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Assessing the assessors begins in May
By Qin Chuan (China Daily)
Updated: 2005-01-16 22:14

A qualifying examination designed to certify the professionalism of engineers who conduct environmental impact studies will be held for the first time in May.

Experts say the new system will upgrade China's environmental assessment standards, and push those doing assessments to become more accountable in their work.

According to Ying Li, with the department for the management of environmental impact assessment at the State Environmental Protection Administration, the examination is scheduled for mid-May, and will be held annually.

But not all assessors have to take the exam. Some 130 assessors have undergone a review and will receive the certificate for environmental impact assessment engineers without participating in the exam, Ying said.

"They are all experienced people who have been working in the sector for years," she explained.

Shu Jianmin, director of the environmental impact assessment centre at the Chinese Academy of Environmental Sciences, is one such person.

"The qualification system will strengthen the management of professionals and help upgrade their expertise," Shu said.

Yang Xiaodong, general manager of the Beijing Environmental Impact Assessment Company, said adopting the qualification system meets international common practices and is a "must."

It is just like similar systems used to certify standards for other professionals, such as lawyers, he said.

"It will be beneficial to the healthy development of the marketing the country," he added.

Yang will ask all assessors in his firm qualified for participation to undertake the exam.

Under the system, certificate holders will have to use extreme care and good judgement on projects they assess because they will bear legal responsibility if any of the projects proves to be environmentally unsound, Ying said.

Currently, assessors only suffer losses to their reputations when mistakes occur. It Has always been environmental impact assessment companies or organizations they work for that have been punished, Shu said.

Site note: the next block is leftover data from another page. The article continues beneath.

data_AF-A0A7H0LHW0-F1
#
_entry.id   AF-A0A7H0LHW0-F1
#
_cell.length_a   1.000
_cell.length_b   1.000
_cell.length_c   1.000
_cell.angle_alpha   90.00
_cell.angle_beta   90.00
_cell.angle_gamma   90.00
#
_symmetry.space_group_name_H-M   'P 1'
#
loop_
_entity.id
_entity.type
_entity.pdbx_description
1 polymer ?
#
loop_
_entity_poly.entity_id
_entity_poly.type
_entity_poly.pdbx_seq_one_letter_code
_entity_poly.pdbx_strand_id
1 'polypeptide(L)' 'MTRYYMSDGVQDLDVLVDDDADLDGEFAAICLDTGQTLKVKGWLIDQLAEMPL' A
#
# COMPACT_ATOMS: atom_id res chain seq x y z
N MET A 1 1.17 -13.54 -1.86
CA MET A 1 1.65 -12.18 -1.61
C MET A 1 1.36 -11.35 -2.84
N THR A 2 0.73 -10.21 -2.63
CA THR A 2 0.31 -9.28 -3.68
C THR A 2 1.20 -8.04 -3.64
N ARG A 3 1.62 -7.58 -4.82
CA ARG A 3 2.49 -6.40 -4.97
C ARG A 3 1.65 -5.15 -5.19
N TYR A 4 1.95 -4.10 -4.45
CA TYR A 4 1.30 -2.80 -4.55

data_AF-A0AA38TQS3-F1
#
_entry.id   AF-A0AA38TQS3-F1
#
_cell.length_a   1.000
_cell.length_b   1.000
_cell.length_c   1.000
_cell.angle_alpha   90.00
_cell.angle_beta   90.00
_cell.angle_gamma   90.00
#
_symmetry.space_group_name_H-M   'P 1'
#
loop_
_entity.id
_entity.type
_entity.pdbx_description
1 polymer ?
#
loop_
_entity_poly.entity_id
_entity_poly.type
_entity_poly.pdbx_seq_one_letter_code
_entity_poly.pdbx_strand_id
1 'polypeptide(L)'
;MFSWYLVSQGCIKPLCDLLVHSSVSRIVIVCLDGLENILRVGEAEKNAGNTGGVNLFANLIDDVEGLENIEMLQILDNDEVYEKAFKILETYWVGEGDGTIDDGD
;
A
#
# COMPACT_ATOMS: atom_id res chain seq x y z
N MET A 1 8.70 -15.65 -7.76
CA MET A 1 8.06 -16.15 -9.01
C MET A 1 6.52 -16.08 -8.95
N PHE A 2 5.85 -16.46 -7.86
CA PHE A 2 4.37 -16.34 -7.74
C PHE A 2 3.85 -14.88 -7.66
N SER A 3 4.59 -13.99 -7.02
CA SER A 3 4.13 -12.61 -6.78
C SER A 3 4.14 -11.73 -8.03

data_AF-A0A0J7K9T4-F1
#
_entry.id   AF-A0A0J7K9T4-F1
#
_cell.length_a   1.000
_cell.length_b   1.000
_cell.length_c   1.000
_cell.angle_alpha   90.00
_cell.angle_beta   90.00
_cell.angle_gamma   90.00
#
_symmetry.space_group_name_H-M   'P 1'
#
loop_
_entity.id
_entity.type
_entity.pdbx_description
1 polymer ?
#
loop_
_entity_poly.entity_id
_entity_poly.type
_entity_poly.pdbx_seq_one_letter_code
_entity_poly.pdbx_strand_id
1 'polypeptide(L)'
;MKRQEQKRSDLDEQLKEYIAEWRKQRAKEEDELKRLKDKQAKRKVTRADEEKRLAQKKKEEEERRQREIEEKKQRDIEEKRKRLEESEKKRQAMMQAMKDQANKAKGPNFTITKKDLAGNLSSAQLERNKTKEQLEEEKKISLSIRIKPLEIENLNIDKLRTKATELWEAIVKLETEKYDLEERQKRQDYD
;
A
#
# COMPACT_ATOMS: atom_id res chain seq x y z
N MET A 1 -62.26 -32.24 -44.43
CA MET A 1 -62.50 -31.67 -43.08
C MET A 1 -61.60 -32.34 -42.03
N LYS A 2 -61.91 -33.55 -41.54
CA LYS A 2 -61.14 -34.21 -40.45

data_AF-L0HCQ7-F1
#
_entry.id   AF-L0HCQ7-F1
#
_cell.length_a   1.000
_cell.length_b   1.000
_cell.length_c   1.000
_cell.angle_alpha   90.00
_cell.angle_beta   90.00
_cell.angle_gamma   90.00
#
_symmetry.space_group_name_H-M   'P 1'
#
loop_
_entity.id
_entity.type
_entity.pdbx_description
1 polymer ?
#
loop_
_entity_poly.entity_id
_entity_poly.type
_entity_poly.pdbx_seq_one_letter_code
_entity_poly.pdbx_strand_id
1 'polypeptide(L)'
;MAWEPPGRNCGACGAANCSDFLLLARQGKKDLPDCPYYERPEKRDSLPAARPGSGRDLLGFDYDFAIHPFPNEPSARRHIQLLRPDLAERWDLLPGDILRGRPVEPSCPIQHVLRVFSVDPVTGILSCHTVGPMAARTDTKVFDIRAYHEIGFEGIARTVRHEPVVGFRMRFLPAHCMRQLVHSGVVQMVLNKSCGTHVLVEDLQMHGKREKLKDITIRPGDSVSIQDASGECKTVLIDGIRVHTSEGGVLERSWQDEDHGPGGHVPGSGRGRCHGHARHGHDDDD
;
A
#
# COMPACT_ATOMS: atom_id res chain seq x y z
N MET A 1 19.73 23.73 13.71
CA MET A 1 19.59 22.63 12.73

Last month, the administration punished 68 organizations and companies. It suspended the licences of eight and ordered 11 to cease operations.

But the list did not include any individual assessors.

Ying said the most severe punishment for engineer certificate holders in the future might be having their qualifications withdrawn for as long as three years.

Meanwhile, a regulation on requiring engineers to become registered is also being established, Ying said. Engineers will be evaluated of their performance during the registration period of three years.

Shu said he will be more cautious in choosing projects in the future.

"I will not touch any of the projects that have been banned by the administration," he said.

The administration has urged organizations and companies not to conduct environmental impact assessments on eight kinds of projects, such as small ones like paper-making plants that seriously pollute the environment.

Shu said he will try to assess each projects he receives carefully so that his assessment findings can withstand any test.

"In addition, I will keep upgrading my expertise," he said, adding that he will also urge the 40 assessors in his centre to do the same thing.

According to Ying, there are nearly 20,000 environmental impact assessors working in China now.

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